Did you spend time with family and friends over the holidays?
For many of us, reunions with relatives can stir up mixed feelings, depending on our expectations of togetherness. A mother recently told me she was very happy when her son returned from college. But after a few days, she started feeling lonely when he was spending most of his time with friends. On the other hand, a grandmother admitted that she felt exhausted when her house was filled with children and grandchildren. So she looked forward to getting back to the routine of peace and quiet of an empty nest.
I certainly had more ups and downs when my grandchildren are in town. That's normal when living under the same roof with someone you care about. It's a very common experience among couples!
The story goes like this: Two people fall in love and from that moment on, they go everywhere and do everything together. They are, of course, a perfect match, and their interests and values coincide in every respect. In fact, if they spend much time apart or socialize separately, people might wonder if there is trouble in the relationship.
This is the myth of togetherness: two lives merge into one melded front.
But it's a story fraught with perils, for it most often leads to exactly the opposite of togetherness: one partner feels smothered and withdraws. The other feels rejected and abandoned. This push-pull dance of too much closeness or too much distance sets up a high level of anxiety for both partners and too often ends in heartache and separation.
It's possible, however, to rewrite this story of togetherness in a way that makes a better ending possible. Instead of togetherness being a merging of two people in which two halves make a whole, what if togetherness meant a deep commitment to supporting each other's fulfillment as an individual and as a member of the couple?
"A co-creative relationship is one in which two people access more of their creativity as a result of their loving interaction," write Drs. Gay and Kathlyn Hendricks in Conscious Loving: The Journey to Co-Commitment. "Out of the harmony of a co-committed relationship springs an enhanced energy that enables both partners to make a greater contribution than either one could have made alone."
In this kind of togetherness, there is deep, mutual support for cultivating the unique gifts that each partner brings to the other and the world. Needs for both closeness and space apart are honored, and the communication channels are open to express each person's feelings, thoughts, needs and desires. Greater individual fulfillment enables each to contribute more richly to the relationship, and growing feelings of aliveness spark the relationship itself, infusing it with greater passion and energy.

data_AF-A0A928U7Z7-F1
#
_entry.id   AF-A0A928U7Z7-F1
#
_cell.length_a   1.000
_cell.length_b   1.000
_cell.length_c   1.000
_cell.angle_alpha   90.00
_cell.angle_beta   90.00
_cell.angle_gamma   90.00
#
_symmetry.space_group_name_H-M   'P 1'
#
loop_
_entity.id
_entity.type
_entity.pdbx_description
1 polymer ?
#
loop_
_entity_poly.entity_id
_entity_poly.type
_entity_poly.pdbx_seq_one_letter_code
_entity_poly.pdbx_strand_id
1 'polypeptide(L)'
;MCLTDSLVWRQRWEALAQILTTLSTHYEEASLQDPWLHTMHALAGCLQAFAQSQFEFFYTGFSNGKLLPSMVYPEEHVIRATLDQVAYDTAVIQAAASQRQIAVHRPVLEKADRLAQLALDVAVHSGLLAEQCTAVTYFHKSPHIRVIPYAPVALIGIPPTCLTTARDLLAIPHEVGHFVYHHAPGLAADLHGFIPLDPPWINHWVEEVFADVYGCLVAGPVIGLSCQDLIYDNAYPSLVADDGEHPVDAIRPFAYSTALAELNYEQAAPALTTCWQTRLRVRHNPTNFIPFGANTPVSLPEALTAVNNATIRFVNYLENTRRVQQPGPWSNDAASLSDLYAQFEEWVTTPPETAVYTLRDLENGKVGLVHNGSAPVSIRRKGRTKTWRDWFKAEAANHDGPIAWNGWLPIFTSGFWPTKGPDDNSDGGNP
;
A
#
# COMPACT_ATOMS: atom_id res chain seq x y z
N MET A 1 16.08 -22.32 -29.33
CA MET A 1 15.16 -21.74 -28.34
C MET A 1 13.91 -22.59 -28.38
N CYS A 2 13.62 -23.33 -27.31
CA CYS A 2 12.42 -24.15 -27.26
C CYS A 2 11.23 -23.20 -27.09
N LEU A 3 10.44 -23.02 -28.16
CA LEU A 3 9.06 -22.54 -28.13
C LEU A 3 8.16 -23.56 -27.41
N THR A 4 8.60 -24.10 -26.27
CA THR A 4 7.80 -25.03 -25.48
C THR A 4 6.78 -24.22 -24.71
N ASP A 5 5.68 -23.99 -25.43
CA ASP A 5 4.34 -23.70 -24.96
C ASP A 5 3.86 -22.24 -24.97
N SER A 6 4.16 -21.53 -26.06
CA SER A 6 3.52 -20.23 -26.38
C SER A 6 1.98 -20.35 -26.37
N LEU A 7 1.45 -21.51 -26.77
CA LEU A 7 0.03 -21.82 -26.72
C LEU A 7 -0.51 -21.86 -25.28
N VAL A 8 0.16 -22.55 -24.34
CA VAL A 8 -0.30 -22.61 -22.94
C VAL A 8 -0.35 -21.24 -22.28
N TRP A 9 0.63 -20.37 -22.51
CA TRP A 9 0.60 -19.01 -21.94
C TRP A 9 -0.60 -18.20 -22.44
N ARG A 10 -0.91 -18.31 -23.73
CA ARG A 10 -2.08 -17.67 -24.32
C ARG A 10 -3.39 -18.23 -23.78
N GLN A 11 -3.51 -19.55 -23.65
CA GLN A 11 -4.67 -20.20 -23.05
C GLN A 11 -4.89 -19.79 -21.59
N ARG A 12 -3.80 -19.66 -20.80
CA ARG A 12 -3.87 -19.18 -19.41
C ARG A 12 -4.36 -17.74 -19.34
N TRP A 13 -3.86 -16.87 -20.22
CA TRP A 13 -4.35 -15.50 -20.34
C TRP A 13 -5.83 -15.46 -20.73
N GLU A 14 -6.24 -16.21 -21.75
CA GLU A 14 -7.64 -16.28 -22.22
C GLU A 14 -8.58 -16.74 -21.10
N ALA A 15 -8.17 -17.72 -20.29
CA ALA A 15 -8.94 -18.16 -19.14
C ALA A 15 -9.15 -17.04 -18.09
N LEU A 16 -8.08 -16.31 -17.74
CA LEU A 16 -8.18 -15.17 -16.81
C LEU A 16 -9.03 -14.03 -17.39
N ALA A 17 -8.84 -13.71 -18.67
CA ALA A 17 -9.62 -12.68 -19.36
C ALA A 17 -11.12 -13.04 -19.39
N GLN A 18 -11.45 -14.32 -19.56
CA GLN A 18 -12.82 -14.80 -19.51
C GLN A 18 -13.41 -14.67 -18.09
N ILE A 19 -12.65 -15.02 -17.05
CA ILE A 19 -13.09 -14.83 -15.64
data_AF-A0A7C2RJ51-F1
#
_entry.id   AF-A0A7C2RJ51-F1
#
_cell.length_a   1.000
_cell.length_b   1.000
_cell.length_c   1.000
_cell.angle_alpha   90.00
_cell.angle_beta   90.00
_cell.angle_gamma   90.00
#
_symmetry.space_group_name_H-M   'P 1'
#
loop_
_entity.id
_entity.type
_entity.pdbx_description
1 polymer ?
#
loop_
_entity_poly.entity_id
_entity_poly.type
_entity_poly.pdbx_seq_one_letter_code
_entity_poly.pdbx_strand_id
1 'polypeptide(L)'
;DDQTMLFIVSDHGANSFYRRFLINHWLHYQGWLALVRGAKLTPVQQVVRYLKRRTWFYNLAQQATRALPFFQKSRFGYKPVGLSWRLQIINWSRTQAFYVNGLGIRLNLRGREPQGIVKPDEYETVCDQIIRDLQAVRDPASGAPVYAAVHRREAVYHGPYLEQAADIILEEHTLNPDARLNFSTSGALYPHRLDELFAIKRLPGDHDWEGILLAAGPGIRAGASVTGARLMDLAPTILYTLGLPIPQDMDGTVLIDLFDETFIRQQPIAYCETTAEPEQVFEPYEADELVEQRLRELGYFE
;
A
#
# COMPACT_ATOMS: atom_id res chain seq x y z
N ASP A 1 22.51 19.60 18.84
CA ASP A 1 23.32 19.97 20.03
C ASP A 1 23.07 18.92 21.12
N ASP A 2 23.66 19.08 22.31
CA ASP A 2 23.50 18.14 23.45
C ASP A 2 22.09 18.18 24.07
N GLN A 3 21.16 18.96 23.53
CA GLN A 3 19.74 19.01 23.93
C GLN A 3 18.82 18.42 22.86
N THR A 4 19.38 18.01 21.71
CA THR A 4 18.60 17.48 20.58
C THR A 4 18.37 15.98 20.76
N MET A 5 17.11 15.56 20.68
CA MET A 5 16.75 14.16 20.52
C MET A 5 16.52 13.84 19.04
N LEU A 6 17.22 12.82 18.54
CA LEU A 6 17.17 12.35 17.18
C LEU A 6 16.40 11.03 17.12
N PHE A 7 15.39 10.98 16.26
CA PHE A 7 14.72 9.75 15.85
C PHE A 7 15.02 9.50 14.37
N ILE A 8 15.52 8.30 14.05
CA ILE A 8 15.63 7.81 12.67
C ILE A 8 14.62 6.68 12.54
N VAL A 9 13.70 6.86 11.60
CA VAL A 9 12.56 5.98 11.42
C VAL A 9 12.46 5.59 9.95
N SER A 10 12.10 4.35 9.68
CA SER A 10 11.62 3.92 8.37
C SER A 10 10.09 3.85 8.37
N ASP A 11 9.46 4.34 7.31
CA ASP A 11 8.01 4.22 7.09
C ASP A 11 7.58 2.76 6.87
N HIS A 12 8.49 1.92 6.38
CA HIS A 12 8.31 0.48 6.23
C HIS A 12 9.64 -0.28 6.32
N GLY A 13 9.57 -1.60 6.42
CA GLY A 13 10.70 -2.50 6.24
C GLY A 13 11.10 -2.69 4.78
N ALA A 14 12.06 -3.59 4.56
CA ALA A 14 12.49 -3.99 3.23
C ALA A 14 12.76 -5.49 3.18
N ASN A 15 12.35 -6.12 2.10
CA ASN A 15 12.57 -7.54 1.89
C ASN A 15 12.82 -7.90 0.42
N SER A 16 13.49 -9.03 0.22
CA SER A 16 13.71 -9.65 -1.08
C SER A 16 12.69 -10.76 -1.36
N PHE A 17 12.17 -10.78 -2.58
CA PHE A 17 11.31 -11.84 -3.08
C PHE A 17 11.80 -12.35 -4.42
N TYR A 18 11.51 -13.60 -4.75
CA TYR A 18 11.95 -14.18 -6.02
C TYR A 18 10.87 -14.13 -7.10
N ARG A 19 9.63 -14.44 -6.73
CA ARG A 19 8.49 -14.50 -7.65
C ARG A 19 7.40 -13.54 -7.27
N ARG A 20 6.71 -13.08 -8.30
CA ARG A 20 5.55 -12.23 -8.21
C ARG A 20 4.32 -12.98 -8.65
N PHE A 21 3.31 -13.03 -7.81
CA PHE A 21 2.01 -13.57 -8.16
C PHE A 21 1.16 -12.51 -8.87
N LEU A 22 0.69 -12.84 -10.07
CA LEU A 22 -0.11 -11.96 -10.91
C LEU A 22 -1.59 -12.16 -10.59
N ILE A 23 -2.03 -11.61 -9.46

Here are some suggestions to help you move toward this different model of togetherness:
Pursue your own interests. Take a class or work on a project because it interests YOU. When you are fed creatively, intellectually or emotionally, you'll contribute more aliveness to the relationship.
Cultivate friendships outside of your relationship. Your partner cannot meet all of your relational needs. Besides, it's fun and enlivening to experience different facets of yourself through contact with others, including Jesus Christ who is our most loving and faithful friend.
Take time alone. Whatever helps you connect with yourself and God can bring a sense of rejuvenation. You might: spend time in nature, enjoy a hot bath, sing, read, journal, garden, meditate, and the list goes on.
Create special time with your partner. Relationships flourish with open, loving communication. Make time to share with your partner, to nourish the bond of intimacy. That loving bond will support you both in powerfully contributing to the world outside your relationship, as well as within it.
"That is why a man leaves his father and mother and is united to his wife, and they become one flesh." (Genesis 2:24, NIV)
What's your idea of togetherness and a strong relationship? Please share with me!
Author's content used with permission, © Claire Communications